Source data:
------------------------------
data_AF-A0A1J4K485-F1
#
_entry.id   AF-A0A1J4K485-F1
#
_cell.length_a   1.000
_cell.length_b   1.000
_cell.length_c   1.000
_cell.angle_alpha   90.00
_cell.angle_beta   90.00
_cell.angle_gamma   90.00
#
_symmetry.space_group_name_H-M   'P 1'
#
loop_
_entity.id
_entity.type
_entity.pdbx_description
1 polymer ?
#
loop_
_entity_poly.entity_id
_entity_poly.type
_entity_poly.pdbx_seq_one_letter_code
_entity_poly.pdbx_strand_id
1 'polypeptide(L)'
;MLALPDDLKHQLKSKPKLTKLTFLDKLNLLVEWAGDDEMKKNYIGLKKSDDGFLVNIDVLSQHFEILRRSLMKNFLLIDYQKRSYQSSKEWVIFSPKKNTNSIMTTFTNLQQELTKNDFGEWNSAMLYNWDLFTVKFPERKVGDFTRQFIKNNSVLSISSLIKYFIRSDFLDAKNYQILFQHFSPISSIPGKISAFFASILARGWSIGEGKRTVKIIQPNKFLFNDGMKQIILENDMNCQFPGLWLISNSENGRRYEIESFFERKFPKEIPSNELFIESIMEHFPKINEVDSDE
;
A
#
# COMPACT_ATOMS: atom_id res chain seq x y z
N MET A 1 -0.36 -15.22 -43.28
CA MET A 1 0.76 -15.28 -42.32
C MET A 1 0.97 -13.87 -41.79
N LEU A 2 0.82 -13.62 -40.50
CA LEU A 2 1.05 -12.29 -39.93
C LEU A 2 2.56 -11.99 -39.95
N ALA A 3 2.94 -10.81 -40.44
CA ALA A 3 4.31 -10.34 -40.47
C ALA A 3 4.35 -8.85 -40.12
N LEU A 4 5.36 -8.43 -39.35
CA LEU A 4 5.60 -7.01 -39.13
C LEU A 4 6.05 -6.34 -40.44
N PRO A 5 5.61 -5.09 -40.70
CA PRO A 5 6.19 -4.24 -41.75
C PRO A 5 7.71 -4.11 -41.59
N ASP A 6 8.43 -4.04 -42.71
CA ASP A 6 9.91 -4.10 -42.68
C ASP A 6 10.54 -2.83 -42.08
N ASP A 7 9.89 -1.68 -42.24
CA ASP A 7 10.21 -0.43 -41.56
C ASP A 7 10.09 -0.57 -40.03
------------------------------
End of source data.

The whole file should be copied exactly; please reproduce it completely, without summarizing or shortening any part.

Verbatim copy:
data_AF-A0A1J4K485-F1
#
_entry.id   AF-A0A1J4K485-F1
#
_cell.length_a   1.000
_cell.length_b   1.000
_cell.length_c   1.000
_cell.angle_alpha   90.00
_cell.angle_beta   90.00
_cell.angle_gamma   90.00
#
_symmetry.space_group_name_H-M   'P 1'
#
loop_
_entity.id
_entity.type
_entity.pdbx_description
1 polymer ?
#
loop_
_entity_poly.entity_id
_entity_poly.type
_entity_poly.pdbx_seq_one_letter_code
_entity_poly.pdbx_strand_id
1 'polypeptide(L)'
;MLALPDDLKHQLKSKPKLTKLTFLDKLNLLVEWAGDDEMKKNYIGLKKSDDGFLVNIDVLSQHFEILRRSLMKNFLLIDYQKRSYQSSKEWVIFSPKKNTNSIMTTFTNLQQELTKNDFGEWNSAMLYNWDLFTVKFPERKVGDFTRQFIKNNSVLSISSLIKYFIRSDFLDAKNYQILFQHFSPISSIPGKISAFFASILARGWSIGEGKRTVKIIQPNKFLFNDGMKQIILENDMNCQFPGLWLISNSENGRRYEIESFFERKFPKEIPSNELFIESIMEHFPKINEVDSDE
;
A
#
# COMPACT_ATOMS: atom_id res chain seq x y z
N MET A 1 -0.36 -15.22 -43.28
CA MET A 1 0.76 -15.28 -42.32
C MET A 1 0.97 -13.87 -41.79
N LEU A 2 0.82 -13.62 -40.50
CA LEU A 2 1.05 -12.29 -39.93
C LEU A 2 2.56 -11.99 -39.95
N ALA A 3 2.94 -10.81 -40.44
CA ALA A 3 4.31 -10.34 -40.47
C ALA A 3 4.35 -8.85 -40.12
N LEU A 4 5.36 -8.43 -39.35
CA LEU A 4 5.60 -7.01 -39.13
C LEU A 4 6.05 -6.34 -40.44
N PRO A 5 5.61 -5.09 -40.70
CA PRO A 5 6.19 -4.24 -41.75
C PRO A 5 7.71 -4.11 -41.59
N ASP A 6 8.43 -4.04 -42.71
CA ASP A 6 9.91 -4.10 -42.68
C ASP A 6 10.54 -2.83 -42.08
N ASP A 7 9.89 -1.68 -42.24
CA ASP A 7 10.21 -0.43 -41.56
C ASP A 7 10.09 -0.57 -40.03